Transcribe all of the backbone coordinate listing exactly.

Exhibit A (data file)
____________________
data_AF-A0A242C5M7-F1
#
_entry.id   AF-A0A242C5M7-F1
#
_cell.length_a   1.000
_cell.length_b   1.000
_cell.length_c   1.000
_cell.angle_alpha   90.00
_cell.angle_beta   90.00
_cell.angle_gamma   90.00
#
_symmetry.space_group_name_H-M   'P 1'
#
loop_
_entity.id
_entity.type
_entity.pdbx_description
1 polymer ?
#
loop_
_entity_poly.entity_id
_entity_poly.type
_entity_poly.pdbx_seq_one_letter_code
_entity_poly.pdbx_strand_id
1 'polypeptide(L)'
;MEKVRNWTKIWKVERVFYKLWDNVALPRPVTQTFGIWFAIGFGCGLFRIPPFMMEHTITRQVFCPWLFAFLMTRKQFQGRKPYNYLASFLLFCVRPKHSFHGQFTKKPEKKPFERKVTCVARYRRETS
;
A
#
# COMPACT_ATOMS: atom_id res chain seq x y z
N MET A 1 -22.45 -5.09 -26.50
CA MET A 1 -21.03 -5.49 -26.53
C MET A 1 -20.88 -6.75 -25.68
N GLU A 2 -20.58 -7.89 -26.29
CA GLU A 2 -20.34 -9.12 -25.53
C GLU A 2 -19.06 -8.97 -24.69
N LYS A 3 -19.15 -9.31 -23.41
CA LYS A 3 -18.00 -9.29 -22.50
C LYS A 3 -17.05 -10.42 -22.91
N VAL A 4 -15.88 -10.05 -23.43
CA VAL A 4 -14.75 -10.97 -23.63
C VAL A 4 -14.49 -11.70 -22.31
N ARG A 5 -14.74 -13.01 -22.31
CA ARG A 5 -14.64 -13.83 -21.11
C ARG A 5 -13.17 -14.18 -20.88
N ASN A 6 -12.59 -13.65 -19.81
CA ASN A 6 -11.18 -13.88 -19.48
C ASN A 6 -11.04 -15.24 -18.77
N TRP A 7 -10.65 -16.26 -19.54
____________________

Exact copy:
data_AF-A0A242C5M7-F1
#
_entry.id   AF-A0A242C5M7-F1
#
_cell.length_a   1.000
_cell.length_b   1.000
_cell.length_c   1.000
_cell.angle_alpha   90.00
_cell.angle_beta   90.00
_cell.angle_gamma   90.00
#
_symmetry.space_group_name_H-M   'P 1'
#
loop_
_entity.id
_entity.type
_entity.pdbx_description
1 polymer ?
#
loop_
_entity_poly.entity_id
_entity_poly.type
_entity_poly.pdbx_seq_one_letter_code
_entity_poly.pdbx_strand_id
1 'polypeptide(L)'
;MEKVRNWTKIWKVERVFYKLWDNVALPRPVTQTFGIWFAIGFGCGLFRIPPFMMEHTITRQVFCPWLFAFLMTRKQFQGRKPYNYLASFLLFCVRPKHSFHGQFTKKPEKKPFERKVTCVARYRRETS
;
A
#
# COMPACT_ATOMS: atom_id res chain seq x y z
N MET A 1 -22.45 -5.09 -26.50
CA MET A 1 -21.03 -5.49 -26.53
C MET A 1 -20.88 -6.75 -25.68
N GLU A 2 -20.58 -7.89 -26.29
CA GLU A 2 -20.34 -9.12 -25.53
C GLU A 2 -19.06 -8.97 -24.69
N LYS A 3 -19.15 -9.31 -23.41
CA LYS A 3 -18.00 -9.29 -22.50
C LYS A 3 -17.05 -10.42 -22.91
N VAL A 4 -15.88 -10.05 -23.43
CA VAL A 4 -14.75 -10.97 -23.63
C VAL A 4 -14.49 -11.70 -22.31
N ARG A 5 -14.74 -13.01 -22.31
CA ARG A 5 -14.64 -13.83 -21.11
C ARG A 5 -13.17 -14.18 -20.88
N ASN A 6 -12.59 -13.65 -19.81
CA ASN A 6 -11.18 -13.88 -19.48
C ASN A 6 -11.04 -15.24 -18.77
N TRP A 7 -10.65 -16.26 -19.54